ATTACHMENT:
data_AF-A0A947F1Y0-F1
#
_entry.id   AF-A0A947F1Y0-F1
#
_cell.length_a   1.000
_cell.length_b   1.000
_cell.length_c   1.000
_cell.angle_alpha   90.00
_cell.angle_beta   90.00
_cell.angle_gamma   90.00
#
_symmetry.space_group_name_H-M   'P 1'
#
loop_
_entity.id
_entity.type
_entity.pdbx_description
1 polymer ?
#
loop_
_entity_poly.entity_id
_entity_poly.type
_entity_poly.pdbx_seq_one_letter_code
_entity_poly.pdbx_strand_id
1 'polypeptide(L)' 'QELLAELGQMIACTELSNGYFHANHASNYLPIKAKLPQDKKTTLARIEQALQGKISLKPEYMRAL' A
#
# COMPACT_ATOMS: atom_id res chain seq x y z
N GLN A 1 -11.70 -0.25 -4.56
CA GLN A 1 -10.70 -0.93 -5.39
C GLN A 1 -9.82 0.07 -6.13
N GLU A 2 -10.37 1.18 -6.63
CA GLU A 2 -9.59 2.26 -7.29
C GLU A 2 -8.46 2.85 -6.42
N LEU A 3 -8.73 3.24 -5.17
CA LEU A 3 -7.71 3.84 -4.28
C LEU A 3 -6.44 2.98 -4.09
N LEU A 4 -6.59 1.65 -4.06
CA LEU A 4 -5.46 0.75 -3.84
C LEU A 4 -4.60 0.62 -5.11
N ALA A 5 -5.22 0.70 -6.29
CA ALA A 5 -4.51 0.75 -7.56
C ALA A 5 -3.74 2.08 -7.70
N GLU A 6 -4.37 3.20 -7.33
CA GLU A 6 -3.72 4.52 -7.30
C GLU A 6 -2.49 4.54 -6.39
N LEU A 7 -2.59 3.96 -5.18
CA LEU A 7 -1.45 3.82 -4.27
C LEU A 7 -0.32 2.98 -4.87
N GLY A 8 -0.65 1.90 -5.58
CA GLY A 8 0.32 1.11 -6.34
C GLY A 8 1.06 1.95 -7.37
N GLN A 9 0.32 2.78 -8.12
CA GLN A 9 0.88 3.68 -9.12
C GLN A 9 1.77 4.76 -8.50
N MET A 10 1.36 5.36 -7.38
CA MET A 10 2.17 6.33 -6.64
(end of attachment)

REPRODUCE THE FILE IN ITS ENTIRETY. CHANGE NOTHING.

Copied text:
data_AF-A0A947F1Y0-F1
#
_entry.id   AF-A0A947F1Y0-F1
#
_cell.length_a   1.000
_cell.length_b   1.000
_cell.length_c   1.000
_cell.angle_alpha   90.00
_cell.angle_beta   90.00
_cell.angle_gamma   90.00
#
_symmetry.space_group_name_H-M   'P 1'
#
loop_
_entity.id
_entity.type
_entity.pdbx_description
1 polymer ?
#
loop_
_entity_poly.entity_id
_entity_poly.type
_entity_poly.pdbx_seq_one_letter_code
_entity_poly.pdbx_strand_id
1 'polypeptide(L)' 'QELLAELGQMIACTELSNGYFHANHASNYLPIKAKLPQDKKTTLARIEQALQGKISLKPEYMRAL' A
#
# COMPACT_ATOMS: atom_id res chain seq x y z
N GLN A 1 -11.70 -0.25 -4.56
CA GLN A 1 -10.70 -0.93 -5.39
C GLN A 1 -9.82 0.07 -6.13
N GLU A 2 -10.37 1.18 -6.63
CA GLU A 2 -9.59 2.26 -7.29
C GLU A 2 -8.46 2.85 -6.42
N LEU A 3 -8.73 3.24 -5.17
CA LEU A 3 -7.71 3.84 -4.28
C LEU A 3 -6.44 2.98 -4.09
N LEU A 4 -6.59 1.65 -4.06
CA LEU A 4 -5.46 0.75 -3.84
C LEU A 4 -4.60 0.62 -5.11
N ALA A 5 -5.22 0.70 -6.29
CA ALA A 5 -4.51 0.75 -7.56
C ALA A 5 -3.74 2.08 -7.70
N GLU A 6 -4.37 3.20 -7.33
CA GLU A 6 -3.72 4.52 -7.30
C GLU A 6 -2.49 4.54 -6.39
N LEU A 7 -2.59 3.96 -5.18
CA LEU A 7 -1.45 3.82 -4.27
C LEU A 7 -0.32 2.98 -4.87
N GLY A 8 -0.65 1.90 -5.58
CA GLY A 8 0.32 1.11 -6.34
C GLY A 8 1.06 1.95 -7.37
N GLN A 9 0.32 2.78 -8.12
CA GLN A 9 0.88 3.68 -9.12
C GLN A 9 1.77 4.76 -8.50
N MET A 10 1.36 5.36 -7.38
CA MET A 10 2.17 6.33 -6.64